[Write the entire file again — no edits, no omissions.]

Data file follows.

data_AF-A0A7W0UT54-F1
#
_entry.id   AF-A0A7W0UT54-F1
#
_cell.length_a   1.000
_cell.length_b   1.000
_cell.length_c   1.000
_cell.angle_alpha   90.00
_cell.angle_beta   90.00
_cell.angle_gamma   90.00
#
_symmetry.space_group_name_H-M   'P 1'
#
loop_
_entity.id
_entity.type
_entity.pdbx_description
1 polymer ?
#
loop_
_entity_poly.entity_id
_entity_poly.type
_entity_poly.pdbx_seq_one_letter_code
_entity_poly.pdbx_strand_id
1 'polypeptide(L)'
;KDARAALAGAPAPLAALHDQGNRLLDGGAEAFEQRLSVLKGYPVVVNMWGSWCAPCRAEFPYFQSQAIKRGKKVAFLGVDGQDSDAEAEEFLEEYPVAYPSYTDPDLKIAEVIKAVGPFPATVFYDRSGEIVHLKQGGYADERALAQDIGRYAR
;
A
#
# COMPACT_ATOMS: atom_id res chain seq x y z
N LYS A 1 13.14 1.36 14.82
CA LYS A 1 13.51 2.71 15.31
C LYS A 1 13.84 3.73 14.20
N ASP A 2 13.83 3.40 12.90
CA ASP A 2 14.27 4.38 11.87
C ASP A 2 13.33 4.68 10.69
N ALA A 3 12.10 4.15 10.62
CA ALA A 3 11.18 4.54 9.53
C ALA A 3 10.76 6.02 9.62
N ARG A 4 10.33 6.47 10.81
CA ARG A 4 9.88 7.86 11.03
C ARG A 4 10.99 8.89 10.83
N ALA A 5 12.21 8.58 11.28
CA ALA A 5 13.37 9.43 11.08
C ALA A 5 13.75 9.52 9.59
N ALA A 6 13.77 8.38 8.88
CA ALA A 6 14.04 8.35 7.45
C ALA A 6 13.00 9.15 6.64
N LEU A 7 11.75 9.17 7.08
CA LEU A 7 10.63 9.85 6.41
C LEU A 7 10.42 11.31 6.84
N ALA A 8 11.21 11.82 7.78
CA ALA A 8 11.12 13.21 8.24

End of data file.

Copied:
data_AF-A0A7W0UT54-F1
#
_entry.id   AF-A0A7W0UT54-F1
#
_cell.length_a   1.000
_cell.length_b   1.000
_cell.length_c   1.000
_cell.angle_alpha   90.00
_cell.angle_beta   90.00
_cell.angle_gamma   90.00
#
_symmetry.space_group_name_H-M   'P 1'
#
loop_
_entity.id
_entity.type
_entity.pdbx_description
1 polymer ?
#
loop_
_entity_poly.entity_id
_entity_poly.type
_entity_poly.pdbx_seq_one_letter_code
_entity_poly.pdbx_strand_id
1 'polypeptide(L)'
;KDARAALAGAPAPLAALHDQGNRLLDGGAEAFEQRLSVLKGYPVVVNMWGSWCAPCRAEFPYFQSQAIKRGKKVAFLGVDGQDSDAEAEEFLEEYPVAYPSYTDPDLKIAEVIKAVGPFPATVFYDRSGEIVHLKQGGYADERALAQDIGRYAR
;
A
#
# COMPACT_ATOMS: atom_id res chain seq x y z
N LYS A 1 13.14 1.36 14.82
CA LYS A 1 13.51 2.71 15.31
C LYS A 1 13.84 3.73 14.20
N ASP A 2 13.83 3.40 12.90
CA ASP A 2 14.27 4.38 11.87
C ASP A 2 13.33 4.68 10.69
N ALA A 3 12.10 4.15 10.62
CA ALA A 3 11.18 4.54 9.53
C ALA A 3 10.76 6.02 9.62
N ARG A 4 10.33 6.47 10.81
CA ARG A 4 9.88 7.86 11.03
C ARG A 4 10.99 8.89 10.83
N ALA A 5 12.21 8.58 11.28
CA ALA A 5 13.37 9.43 11.08
C ALA A 5 13.75 9.52 9.59
N ALA A 6 13.77 8.38 8.88
CA ALA A 6 14.04 8.35 7.45
C ALA A 6 13.00 9.15 6.64
N LEU A 7 11.75 9.17 7.08
CA LEU A 7 10.63 9.85 6.41
C LEU A 7 10.42 11.31 6.84
N ALA A 8 11.21 11.82 7.78
CA ALA A 8 11.12 13.21 8.24